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Very few seniors may be lucky enough to afford a personal chef to cater to their advanced nutritional and culinary needs, but they can come close to the experience with Chefs for Seniors, which sends a chef to a client’s home with all the ingredients and materials needed to prepare a week’s worth of healthy food.
And, according to local chef Michael Pakes, eating well, and paying attention to healthy foods become more critical as we age.
“We can start with one sobering statistic,” he said. “45% of seniors who check into an emergency room are malnourished. Good nutrition is important for everyone, but it becomes more vital for seniors.”
According to the Alliance for Aging Research (AAR), older adults are more likely to suffer from conditions such as cancer and diabetes, which can have an impact on appetite, making nutritious eating more difficult to maintain. The AAR estimates the healthcare costs of malnutrition in US seniors at more than $51 billion each year.
“As we age, the body slows down, and its processes are not as efficient,” Pakes said. “We all require nutrition, especially for maintaining muscle growth. At Chefs for Seniors, we tailor our plans so our seniors are getting whole, healthy and tasty foods, which encourages them to eat and stay well.”
There are several warning signs that caregivers, friends, and family members might notice in a senior that call attention to poor eating habits.
“You might notice your loved one isn’t eating very much food during the day,” he said. “Or they’re losing weight or muscle tone. Maybe their balance is a little off, or they are just not as strong as they used to be. Those are definitely signs that they could use some help with food.”
With the Chefs for Seniors program, Pakes discusses food needs with his clients and their own personal preferences, then brings the ingredients to their homes and cooks the meals in their kitchen. He then packages the food into individual meals that can be refrigerated or frozen until they are needed.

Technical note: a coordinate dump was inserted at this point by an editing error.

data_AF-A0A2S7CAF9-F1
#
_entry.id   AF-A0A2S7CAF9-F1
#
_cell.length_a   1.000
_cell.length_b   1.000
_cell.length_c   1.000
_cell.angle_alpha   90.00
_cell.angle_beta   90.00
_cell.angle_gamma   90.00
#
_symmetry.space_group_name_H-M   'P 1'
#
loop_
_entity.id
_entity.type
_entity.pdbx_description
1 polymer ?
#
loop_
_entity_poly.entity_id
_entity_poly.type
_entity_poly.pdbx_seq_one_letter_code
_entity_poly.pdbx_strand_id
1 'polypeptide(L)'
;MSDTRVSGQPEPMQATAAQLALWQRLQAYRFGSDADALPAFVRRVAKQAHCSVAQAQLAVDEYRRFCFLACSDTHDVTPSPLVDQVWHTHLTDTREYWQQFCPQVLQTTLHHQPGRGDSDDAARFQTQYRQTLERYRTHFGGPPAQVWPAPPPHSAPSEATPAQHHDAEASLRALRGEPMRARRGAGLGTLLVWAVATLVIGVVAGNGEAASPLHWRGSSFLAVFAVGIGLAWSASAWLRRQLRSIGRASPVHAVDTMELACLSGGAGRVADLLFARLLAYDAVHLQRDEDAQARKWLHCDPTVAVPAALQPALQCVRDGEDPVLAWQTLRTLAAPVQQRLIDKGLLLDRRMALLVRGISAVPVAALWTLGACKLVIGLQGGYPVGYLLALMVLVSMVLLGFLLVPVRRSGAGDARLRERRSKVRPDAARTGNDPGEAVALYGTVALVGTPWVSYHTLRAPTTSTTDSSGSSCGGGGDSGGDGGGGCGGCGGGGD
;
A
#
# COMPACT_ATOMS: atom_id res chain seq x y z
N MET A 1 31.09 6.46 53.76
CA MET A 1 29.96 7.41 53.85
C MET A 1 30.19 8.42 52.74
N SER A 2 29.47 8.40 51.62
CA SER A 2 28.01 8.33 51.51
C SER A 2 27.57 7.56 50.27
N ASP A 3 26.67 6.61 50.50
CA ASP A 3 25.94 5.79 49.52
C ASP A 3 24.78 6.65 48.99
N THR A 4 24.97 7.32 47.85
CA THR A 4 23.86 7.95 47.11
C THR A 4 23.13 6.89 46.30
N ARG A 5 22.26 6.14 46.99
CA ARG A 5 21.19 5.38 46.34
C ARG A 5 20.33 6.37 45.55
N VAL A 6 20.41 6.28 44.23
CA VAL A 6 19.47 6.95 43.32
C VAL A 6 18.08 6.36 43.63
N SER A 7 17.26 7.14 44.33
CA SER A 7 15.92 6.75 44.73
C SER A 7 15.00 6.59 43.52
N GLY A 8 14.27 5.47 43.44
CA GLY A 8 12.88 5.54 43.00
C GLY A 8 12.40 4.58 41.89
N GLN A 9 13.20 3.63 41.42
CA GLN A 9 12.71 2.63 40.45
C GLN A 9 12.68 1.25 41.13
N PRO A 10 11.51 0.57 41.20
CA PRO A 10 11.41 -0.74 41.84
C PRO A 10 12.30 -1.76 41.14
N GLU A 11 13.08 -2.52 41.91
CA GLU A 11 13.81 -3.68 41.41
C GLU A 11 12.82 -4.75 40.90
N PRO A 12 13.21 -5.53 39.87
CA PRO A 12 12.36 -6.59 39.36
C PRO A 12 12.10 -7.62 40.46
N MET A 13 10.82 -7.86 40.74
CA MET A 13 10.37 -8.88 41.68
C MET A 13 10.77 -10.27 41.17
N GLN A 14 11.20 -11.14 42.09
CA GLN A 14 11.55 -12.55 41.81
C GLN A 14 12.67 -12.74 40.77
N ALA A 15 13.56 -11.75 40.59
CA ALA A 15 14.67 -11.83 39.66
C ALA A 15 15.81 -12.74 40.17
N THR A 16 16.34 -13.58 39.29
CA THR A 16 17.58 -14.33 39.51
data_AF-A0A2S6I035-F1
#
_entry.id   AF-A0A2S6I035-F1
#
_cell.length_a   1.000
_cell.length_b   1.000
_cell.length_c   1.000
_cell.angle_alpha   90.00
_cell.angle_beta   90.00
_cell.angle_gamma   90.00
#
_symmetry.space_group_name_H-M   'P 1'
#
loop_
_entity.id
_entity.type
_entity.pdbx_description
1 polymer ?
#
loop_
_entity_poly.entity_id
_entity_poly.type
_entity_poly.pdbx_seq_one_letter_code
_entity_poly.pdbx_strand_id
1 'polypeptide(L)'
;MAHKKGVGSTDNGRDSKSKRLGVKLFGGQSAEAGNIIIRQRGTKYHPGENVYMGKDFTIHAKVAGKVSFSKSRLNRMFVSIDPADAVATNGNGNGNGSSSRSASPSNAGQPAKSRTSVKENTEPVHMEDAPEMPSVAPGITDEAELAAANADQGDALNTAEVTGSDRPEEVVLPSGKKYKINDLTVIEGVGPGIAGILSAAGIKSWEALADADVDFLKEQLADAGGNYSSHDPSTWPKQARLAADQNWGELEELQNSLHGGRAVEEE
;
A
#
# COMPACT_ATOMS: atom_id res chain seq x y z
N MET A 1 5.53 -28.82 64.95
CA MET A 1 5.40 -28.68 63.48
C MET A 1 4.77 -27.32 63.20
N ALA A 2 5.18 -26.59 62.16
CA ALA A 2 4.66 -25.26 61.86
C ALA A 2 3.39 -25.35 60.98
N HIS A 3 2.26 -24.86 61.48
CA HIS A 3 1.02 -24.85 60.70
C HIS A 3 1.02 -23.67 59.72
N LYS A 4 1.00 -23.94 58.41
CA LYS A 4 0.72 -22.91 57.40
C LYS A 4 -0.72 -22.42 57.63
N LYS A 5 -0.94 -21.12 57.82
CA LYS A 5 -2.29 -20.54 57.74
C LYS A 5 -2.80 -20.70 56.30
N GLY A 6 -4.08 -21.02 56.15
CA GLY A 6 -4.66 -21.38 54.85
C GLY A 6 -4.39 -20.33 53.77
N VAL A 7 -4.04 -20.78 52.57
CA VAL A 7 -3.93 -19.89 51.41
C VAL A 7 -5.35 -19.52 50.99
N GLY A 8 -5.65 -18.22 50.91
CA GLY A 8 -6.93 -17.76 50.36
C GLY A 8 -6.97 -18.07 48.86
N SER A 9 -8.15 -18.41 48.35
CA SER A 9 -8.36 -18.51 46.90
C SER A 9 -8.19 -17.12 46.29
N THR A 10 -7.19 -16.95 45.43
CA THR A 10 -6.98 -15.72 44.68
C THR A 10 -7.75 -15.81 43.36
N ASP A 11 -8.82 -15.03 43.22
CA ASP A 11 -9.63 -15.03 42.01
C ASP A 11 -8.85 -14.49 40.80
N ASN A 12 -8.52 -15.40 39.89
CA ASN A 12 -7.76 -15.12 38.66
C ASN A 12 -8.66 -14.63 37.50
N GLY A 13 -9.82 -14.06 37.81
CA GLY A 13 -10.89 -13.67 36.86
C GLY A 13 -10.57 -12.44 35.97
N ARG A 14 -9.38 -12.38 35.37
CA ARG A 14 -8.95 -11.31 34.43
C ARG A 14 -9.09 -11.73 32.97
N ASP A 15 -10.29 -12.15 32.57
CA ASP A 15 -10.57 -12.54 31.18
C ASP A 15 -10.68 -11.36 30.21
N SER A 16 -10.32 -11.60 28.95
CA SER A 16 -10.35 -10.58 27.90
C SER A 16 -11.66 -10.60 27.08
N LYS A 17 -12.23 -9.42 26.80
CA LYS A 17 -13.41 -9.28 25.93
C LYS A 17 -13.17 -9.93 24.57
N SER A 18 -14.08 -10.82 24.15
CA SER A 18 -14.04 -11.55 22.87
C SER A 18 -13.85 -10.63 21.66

After considering individual needs, Pakes creates his menus with an eye toward flavor and nutritional value rather than just piling on calories.
“The USDA recommends at least 1,800 calories a day for seniors,” he said. “We take that into consideration when we are creating the meals, but we don’t count them. We just try and make sure that seniors are getting enough healthy food in the servings for each meal.”
The custom menus can also take into account foods that may trigger medical problems. “Sodium can be an issue with some people,” he said, “and I have clients who are lactose or gluten intolerant. We deal with clients with diabetes and other medical issues. So we tailor our meals to address all kinds of different conditions.”
One of the great advantages of living in San Benito County, according to Pakes, is having easy access to amazing varieties of fresh produce and other ingredients.
“We try to use local foods as much as we can,” he said. “And that is possible because of the myriad of produce stands and places like Suncoast Bakery that’s out on South Side Road. There are stands in Tres Pinos where you can get fresh eggs in the morning, which is awesome.”
We’re starting to see that that old food pyramid needs to be kind of turned upside down, Pakes said, and access to local farm-grown foods helps him with the nutritional balance of his meals.